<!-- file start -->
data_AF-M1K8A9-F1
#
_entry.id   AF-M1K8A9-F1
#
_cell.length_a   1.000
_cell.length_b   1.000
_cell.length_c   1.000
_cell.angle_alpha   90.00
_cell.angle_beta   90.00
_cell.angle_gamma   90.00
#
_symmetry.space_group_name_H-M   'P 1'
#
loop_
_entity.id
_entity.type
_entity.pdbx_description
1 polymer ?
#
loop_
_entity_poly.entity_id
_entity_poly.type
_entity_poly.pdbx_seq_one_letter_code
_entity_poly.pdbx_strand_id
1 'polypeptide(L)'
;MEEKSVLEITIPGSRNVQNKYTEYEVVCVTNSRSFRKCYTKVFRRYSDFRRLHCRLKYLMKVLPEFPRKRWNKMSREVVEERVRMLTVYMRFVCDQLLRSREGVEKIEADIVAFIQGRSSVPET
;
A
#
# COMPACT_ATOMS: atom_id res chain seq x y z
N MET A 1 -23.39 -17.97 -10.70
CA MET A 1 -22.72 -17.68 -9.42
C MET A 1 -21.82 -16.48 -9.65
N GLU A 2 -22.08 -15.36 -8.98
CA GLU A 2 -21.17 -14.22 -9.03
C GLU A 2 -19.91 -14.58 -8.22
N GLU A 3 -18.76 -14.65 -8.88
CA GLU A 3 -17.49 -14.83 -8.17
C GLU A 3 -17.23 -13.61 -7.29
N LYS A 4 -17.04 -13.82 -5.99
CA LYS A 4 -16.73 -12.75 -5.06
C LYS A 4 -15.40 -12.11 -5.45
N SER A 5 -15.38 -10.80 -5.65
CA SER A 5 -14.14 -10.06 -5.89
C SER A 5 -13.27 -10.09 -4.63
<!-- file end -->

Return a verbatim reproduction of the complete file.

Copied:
data_AF-M1K8A9-F1
#
_entry.id   AF-M1K8A9-F1
#
_cell.length_a   1.000
_cell.length_b   1.000
_cell.length_c   1.000
_cell.angle_alpha   90.00
_cell.angle_beta   90.00
_cell.angle_gamma   90.00
#
_symmetry.space_group_name_H-M   'P 1'
#
loop_
_entity.id
_entity.type
_entity.pdbx_description
1 polymer ?
#
loop_
_entity_poly.entity_id
_entity_poly.type
_entity_poly.pdbx_seq_one_letter_code
_entity_poly.pdbx_strand_id
1 'polypeptide(L)'
;MEEKSVLEITIPGSRNVQNKYTEYEVVCVTNSRSFRKCYTKVFRRYSDFRRLHCRLKYLMKVLPEFPRKRWNKMSREVVEERVRMLTVYMRFVCDQLLRSREGVEKIEADIVAFIQGRSSVPET
;
A
#
# COMPACT_ATOMS: atom_id res chain seq x y z
N MET A 1 -23.39 -17.97 -10.70
CA MET A 1 -22.72 -17.68 -9.42
C MET A 1 -21.82 -16.48 -9.65
N GLU A 2 -22.08 -15.36 -8.98
CA GLU A 2 -21.17 -14.22 -9.03
C GLU A 2 -19.91 -14.58 -8.22
N GLU A 3 -18.76 -14.65 -8.88
CA GLU A 3 -17.49 -14.83 -8.17
C GLU A 3 -17.23 -13.61 -7.29
N LYS A 4 -17.04 -13.82 -5.99
CA LYS A 4 -16.73 -12.75 -5.06
C LYS A 4 -15.40 -12.11 -5.45
N SER A 5 -15.38 -10.80 -5.65
CA SER A 5 -14.14 -10.06 -5.89
C SER A 5 -13.27 -10.09 -4.63